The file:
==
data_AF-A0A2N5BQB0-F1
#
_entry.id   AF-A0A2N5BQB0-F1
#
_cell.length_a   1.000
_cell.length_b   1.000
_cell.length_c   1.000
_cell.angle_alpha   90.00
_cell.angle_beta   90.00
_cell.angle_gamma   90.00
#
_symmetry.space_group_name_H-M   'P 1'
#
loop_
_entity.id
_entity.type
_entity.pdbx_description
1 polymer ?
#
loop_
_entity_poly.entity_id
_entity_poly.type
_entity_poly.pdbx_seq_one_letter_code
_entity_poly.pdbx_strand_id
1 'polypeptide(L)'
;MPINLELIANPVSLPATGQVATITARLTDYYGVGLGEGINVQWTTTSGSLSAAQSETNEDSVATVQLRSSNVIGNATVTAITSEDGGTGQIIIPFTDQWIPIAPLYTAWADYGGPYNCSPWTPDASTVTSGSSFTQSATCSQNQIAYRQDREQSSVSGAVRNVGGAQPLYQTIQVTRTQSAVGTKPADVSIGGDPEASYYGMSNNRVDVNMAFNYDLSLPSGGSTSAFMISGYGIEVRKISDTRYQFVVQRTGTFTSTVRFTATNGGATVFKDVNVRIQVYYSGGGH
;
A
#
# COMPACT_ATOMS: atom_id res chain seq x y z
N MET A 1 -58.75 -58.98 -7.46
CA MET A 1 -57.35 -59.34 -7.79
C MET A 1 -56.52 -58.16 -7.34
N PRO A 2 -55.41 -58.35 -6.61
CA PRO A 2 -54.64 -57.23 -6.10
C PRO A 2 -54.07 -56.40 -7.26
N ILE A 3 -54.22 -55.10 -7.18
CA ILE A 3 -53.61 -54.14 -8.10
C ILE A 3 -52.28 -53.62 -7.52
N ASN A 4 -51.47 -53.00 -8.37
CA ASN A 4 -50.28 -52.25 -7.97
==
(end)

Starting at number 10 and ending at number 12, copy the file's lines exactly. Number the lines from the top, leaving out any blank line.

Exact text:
_cell.angle_gamma   90.00
#
_symmetry.space_group_name_H-M   'P 1'